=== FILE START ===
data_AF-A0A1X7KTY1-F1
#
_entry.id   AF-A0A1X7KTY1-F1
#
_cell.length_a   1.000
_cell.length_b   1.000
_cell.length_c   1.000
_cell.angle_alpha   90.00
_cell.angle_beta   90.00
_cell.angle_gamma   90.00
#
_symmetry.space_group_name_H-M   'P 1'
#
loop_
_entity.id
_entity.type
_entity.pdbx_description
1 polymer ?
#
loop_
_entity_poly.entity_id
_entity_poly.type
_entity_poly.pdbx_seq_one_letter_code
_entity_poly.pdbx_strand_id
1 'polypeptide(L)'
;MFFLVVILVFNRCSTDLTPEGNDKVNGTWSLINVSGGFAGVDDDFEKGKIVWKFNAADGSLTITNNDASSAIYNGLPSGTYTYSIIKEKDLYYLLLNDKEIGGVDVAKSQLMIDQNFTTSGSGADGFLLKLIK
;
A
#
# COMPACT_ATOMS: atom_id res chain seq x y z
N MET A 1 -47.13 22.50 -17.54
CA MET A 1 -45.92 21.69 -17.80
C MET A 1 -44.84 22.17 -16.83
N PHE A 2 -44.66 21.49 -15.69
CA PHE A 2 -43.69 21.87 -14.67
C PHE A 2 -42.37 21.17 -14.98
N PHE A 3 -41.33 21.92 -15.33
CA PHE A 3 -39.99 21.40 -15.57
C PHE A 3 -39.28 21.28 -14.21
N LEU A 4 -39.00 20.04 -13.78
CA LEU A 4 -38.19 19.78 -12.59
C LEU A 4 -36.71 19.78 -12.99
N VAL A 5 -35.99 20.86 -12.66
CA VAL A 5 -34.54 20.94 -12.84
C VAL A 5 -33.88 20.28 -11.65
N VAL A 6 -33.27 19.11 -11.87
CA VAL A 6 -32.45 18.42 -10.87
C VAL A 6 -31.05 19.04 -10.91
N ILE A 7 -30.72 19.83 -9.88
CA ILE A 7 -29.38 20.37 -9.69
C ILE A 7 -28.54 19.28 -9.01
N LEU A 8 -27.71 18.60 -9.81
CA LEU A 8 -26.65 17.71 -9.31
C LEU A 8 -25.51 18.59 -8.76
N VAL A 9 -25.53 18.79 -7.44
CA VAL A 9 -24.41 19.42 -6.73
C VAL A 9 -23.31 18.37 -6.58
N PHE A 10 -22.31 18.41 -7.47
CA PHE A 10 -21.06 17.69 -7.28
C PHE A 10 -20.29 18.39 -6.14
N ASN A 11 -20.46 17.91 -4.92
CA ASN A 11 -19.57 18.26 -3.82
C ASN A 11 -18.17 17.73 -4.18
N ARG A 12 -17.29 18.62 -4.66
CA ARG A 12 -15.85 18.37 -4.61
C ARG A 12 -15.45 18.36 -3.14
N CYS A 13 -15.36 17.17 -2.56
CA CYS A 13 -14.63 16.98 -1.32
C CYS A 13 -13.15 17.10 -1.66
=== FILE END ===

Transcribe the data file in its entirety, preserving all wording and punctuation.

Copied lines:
data_AF-A0A1X7KTY1-F1
#
_entry.id   AF-A0A1X7KTY1-F1
#
_cell.length_a   1.000
_cell.length_b   1.000
_cell.length_c   1.000
_cell.angle_alpha   90.00
_cell.angle_beta   90.00
_cell.angle_gamma   90.00
#
_symmetry.space_group_name_H-M   'P 1'
#
loop_
_entity.id
_entity.type
_entity.pdbx_description
1 polymer ?
#
loop_
_entity_poly.entity_id
_entity_poly.type
_entity_poly.pdbx_seq_one_letter_code
_entity_poly.pdbx_strand_id
1 'polypeptide(L)'
;MFFLVVILVFNRCSTDLTPEGNDKVNGTWSLINVSGGFAGVDDDFEKGKIVWKFNAADGSLTITNNDASSAIYNGLPSGTYTYSIIKEKDLYYLLLNDKEIGGVDVAKSQLMIDQNFTTSGSGADGFLLKLIK
;
A
#
# COMPACT_ATOMS: atom_id res chain seq x y z
N MET A 1 -47.13 22.50 -17.54
CA MET A 1 -45.92 21.69 -17.80
C MET A 1 -44.84 22.17 -16.83
N PHE A 2 -44.66 21.49 -15.69
CA PHE A 2 -43.69 21.87 -14.67
C PHE A 2 -42.37 21.17 -14.98
N PHE A 3 -41.33 21.92 -15.33
CA PHE A 3 -39.99 21.40 -15.57
C PHE A 3 -39.28 21.28 -14.21
N LEU A 4 -39.00 20.04 -13.78
CA LEU A 4 -38.19 19.78 -12.59
C LEU A 4 -36.71 19.78 -12.99
N VAL A 5 -35.99 20.86 -12.66
CA VAL A 5 -34.54 20.94 -12.84
C VAL A 5 -33.88 20.28 -11.65
N VAL A 6 -33.27 19.11 -11.87
CA VAL A 6 -32.45 18.42 -10.87
C VAL A 6 -31.05 19.04 -10.91
N ILE A 7 -30.72 19.83 -9.88
CA ILE A 7 -29.38 20.37 -9.69
C ILE A 7 -28.54 19.28 -9.01
N LEU A 8 -27.71 18.60 -9.81
CA LEU A 8 -26.65 17.71 -9.31
C LEU A 8 -25.51 18.59 -8.76
N VAL A 9 -25.53 18.79 -7.44
CA VAL A 9 -24.41 19.42 -6.73
C VAL A 9 -23.31 18.37 -6.58
N PHE A 10 -22.31 18.41 -7.47
CA PHE A 10 -21.06 17.69 -7.28
C PHE A 10 -20.29 18.39 -6.14
N ASN A 11 -20.46 17.91 -4.92
CA ASN A 11 -19.57 18.26 -3.82
C ASN A 11 -18.17 17.73 -4.18
N ARG A 12 -17.29 18.62 -4.66
CA ARG A 12 -15.85 18.37 -4.61
C ARG A 12 -15.45 18.36 -3.14
N CYS A 13 -15.36 17.17 -2.56
CA CYS A 13 -14.63 16.98 -1.32
C CYS A 13 -13.15 17.10 -1.66